“The wand chooses the wizard, Mr. Potter. It’s not always clear why.”
—Mr. Ollivander, Harry Potter and the Sorcerer’s Stone
It’s 2015, and by now most of the western world is at least somewhat familiar with the J.K. Rowling’s “Harry Potter” stories. One of the recurring themes of these stories is that magic wands have personalities and loyalties. “The wand chooses the wizard,” we’re told. And attempting to use a wand that has not chosen you will yield… less than perfect results.
We see this happen throughout the stories again and again. When Harry’s wand breaks, he borrows Hermione’s. When Voldemort realizes that his wand can’t defeat Harry’s, he attempt to use Lucius Malfoy’s. When Draco’s wand changes allegiance and becomes Harry’s, Draco uses his mother’s. In each case the new, borrowed wand performs in a substandard way, despite having been a perfectly good wand for its previous owner.
It’s my mother’s [wand], it’s powerful but it’s… not the same. It doesn’t quite… understand me, know what I mean?
—Draco Malfoy, Harry Potter and the Deathly Hallows: Part 2
In political campaigns, our email lists are not so different. Like Rowling’s wands, our email subscribers choose their lists. It’s not always clear why. But what is clear is that — in every case — if you try to use someone else’s email list for yourself it will perform in a substandard way, no matter how well it performed for its original owner.
Like Draco’s mother’s wand, your bought or borrowed email list may — indeed — be powerful. But its subscribers did not choose you; they don’t “understand you.” In fact, they may even resent hearing from you. You won’t get the results that the lists original owner got, and what’s worse — you may even do yourself damage by emailing it.
In “Harry Potter,” this truth about wands is known to all wizards. In fact, it was one of the very first lessons in wizardry that Mr. Potter was taught — even before he arrived at Hogwarts. In political campaigns, we too know this truth as well: any consultant who’s worked on the digital or fundraising side of campaigns has seen how poorly bought or borrowed lists perform. And yet — in both the wizarding world and the world of political campaigns — desperate individuals continue to turn to tactics that they know will betray them. Why?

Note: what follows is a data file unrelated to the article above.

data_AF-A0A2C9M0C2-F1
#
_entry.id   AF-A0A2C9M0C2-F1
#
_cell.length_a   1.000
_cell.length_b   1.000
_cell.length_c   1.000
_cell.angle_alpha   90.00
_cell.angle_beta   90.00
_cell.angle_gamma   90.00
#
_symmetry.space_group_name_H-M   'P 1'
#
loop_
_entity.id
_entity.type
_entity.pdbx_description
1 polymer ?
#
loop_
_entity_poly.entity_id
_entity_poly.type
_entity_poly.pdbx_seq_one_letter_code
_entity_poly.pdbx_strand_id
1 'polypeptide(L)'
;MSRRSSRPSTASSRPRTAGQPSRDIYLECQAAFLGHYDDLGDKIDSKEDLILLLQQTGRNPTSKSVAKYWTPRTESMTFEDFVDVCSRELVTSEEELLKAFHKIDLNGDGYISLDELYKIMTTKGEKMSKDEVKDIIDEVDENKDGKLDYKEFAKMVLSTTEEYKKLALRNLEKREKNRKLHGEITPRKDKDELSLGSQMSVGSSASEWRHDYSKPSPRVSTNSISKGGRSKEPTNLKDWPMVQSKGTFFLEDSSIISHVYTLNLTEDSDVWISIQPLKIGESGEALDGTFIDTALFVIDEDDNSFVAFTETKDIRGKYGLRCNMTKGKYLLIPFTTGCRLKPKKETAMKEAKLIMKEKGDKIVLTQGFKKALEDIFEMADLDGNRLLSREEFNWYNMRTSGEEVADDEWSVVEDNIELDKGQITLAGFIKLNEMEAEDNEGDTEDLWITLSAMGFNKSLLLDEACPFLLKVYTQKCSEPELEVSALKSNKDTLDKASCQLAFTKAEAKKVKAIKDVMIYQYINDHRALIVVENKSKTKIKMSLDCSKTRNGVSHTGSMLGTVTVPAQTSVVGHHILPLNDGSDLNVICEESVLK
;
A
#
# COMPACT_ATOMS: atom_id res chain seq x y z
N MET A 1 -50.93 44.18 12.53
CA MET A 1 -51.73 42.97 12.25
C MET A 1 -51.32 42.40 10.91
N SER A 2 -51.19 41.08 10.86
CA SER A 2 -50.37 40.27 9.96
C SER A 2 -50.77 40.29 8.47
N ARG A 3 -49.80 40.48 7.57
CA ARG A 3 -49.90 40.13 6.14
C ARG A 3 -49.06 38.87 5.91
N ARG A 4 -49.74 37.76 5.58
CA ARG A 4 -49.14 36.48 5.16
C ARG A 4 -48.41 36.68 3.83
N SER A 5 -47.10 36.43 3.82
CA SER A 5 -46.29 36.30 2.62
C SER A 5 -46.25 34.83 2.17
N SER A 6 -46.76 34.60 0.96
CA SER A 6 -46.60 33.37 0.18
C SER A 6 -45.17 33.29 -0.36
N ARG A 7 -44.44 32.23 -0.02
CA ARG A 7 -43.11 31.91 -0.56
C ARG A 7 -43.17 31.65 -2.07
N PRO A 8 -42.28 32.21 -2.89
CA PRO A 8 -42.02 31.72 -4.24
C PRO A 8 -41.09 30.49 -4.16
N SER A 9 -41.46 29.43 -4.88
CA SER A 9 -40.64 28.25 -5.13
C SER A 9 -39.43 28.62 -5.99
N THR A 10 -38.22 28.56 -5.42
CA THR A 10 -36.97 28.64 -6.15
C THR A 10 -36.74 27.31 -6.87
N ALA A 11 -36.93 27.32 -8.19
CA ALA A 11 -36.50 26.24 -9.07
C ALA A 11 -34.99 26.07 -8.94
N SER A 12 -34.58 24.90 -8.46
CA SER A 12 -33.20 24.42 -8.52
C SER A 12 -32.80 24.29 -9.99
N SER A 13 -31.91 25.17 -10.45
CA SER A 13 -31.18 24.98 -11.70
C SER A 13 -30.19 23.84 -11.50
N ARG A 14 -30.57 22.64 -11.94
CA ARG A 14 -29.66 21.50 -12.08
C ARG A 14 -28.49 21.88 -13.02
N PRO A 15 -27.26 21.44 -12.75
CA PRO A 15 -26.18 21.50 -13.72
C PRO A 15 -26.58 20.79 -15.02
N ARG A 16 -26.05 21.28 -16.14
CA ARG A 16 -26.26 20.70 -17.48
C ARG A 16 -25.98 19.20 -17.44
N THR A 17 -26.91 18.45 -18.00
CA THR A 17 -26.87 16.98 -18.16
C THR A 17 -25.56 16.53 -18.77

For campaigns, the answer is twofold:
- There’s a broad misunderstanding about the nature of email consent, deliverability, and what makes a “quality” list.
- The immense pressure to show early fundraising momentum and relatively short timelines of campaigns tempts candidates and campaign managers to forego important investments in list building in favor of “quick fixes.”
The best email lists in politics — Bernie Sanders’ list in 2015, Barack Obama’s list in 2012, etc. — were built organically, one subscriber at a time. They perform well because each subscriber is personally invested in the outcome of the campaign, and looks forward to hearing from the candidate. They are genuine lists of supporters, not just collections of email addresses, and there’s only one way to get a list like that: investing early in grassroots list-building and doing it yourself.
There are plenty of people out there who’ll sell you an email list and promise the world. Generally, they’ll charge you for access — not for results. That tells you everything you need to know about the quality of those lists.
List rentals, email appends, and shared lists (from political allies, for example) all seem like quick, cost effective ways to grow your email list and balloon your online fundraising. But you’ll quickly find that — like a stolen or borrowed wand — they won’t perform for you, even if they did for their original owners. They’ll betray you at their first opportunity, through bad emails, spam reports, and unsubscribes that — taken together — will cause email providers to see you as a spammer. Because you have become one.